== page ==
Conservation & Science

A last-ditch effort to save the vaquita

Spotting a vaquita in the northern Gulf of California is a bit like glimpsing a snow leopard in the Himalayas. Some local fishermen told a reporter they’ve never seen a vaquita—and doubt they even exist.

One day soon, they might be right. But not if a coalition of experts, working with the Mexican government, can help it.

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Vaquita observers use binoculars capable of spotting vaquitas almost 2 miles away. Photo by NOAA Fisheries/Barbara Taylor

Barbara Taylor is one of the few people who’s seen a vaquita—hundreds of them, she says, in her 20 years doing population surveys. As a conservation biologist and a long-time member of the vaquita recovery team, Barbara has the training, and the powerful binoculars, to locate the small porpoises.

When vaquitas surface to breathe, they do it subtly and disappear quickly; and they tend to keep their distance from boats. “They are almost impossible to see from a little panga on the water,” she says.

But there’s another reason few people have encountered vaquitas: They’re the most highly endangered marine mammal species on Earth. These shy, small porpoises were only discovered in the 1950s. The population dropped from an estimated 567, when Barbara’s team first surveyed them in the late 1990s, to fewer than 60 last year. (UPDATE: According to a report published Feb. 1, the population is now estimated at only 30 individuals.)

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Our best Conservation & Science stories of 2016

It’s been an exciting year for ocean conservation at the Monterey Bay Aquarium.

We’ve shared how our care for the animals in our living collections—including snowy ploverscomb jellies, ocean sunfish and Pacific seahorses—contibutes to the conservation of their wild kin.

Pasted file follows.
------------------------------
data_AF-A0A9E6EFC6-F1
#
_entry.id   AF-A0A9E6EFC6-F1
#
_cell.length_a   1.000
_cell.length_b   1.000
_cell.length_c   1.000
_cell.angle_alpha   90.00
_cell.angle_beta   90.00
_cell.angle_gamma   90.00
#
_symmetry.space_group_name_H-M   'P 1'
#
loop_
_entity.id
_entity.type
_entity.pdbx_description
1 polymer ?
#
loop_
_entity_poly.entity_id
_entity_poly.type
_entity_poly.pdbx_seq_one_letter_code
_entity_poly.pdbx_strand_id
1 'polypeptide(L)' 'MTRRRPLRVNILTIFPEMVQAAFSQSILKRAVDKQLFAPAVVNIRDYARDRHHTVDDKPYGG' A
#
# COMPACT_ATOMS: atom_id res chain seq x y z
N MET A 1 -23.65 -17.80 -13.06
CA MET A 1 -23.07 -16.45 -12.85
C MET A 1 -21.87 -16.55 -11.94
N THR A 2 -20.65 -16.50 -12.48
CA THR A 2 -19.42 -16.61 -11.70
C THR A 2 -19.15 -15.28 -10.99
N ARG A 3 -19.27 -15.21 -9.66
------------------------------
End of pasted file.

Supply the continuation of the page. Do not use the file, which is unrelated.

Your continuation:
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The Aquarium helps rehabilitate threatened Western snowy plovers.

We’ve visited the Canadian cousins of Monterey Bay’s sea otters, explored how sea otters use tools, and assisted scientists working to decode the sea otter genome.

We’ve collaborated with our colleagues in Baja, Mexico on a number of conservation missions—one of them involving ancient shark mummies. And we joined forces with U.S. aquariums and zoos to call for stronger protections for the endangered vaquita porpoises of the Gulf of California.

As 2016 comes to a close, let’s look back at the top 10 highlights from this blog:

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A white shark approaches schooling sardines.

10. Camera to Crack a White Shark MysteryOur senior reseach scientist teamed up with the Monterey Bay Aquarium Research Institute for a high-tech mission: to capture video footage of great white sharks in their most mysterious habitat.

“Some of the engineering team said it was an impossible job,” MBARI Engineer Thom Maughan recalled. “But I’m attracted to those opportunities.”

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Aquariums come together to tackle plastic pollution

Makana stood on a cart at the front of the room and sized up the crowd. Her caretaker offered a few gestures to make her comfortable, scratching her under the chin and misting her with a spray bottle. Then the Laysan albatross partially opened her glossy dark wings, to appreciative murmurs from the audience.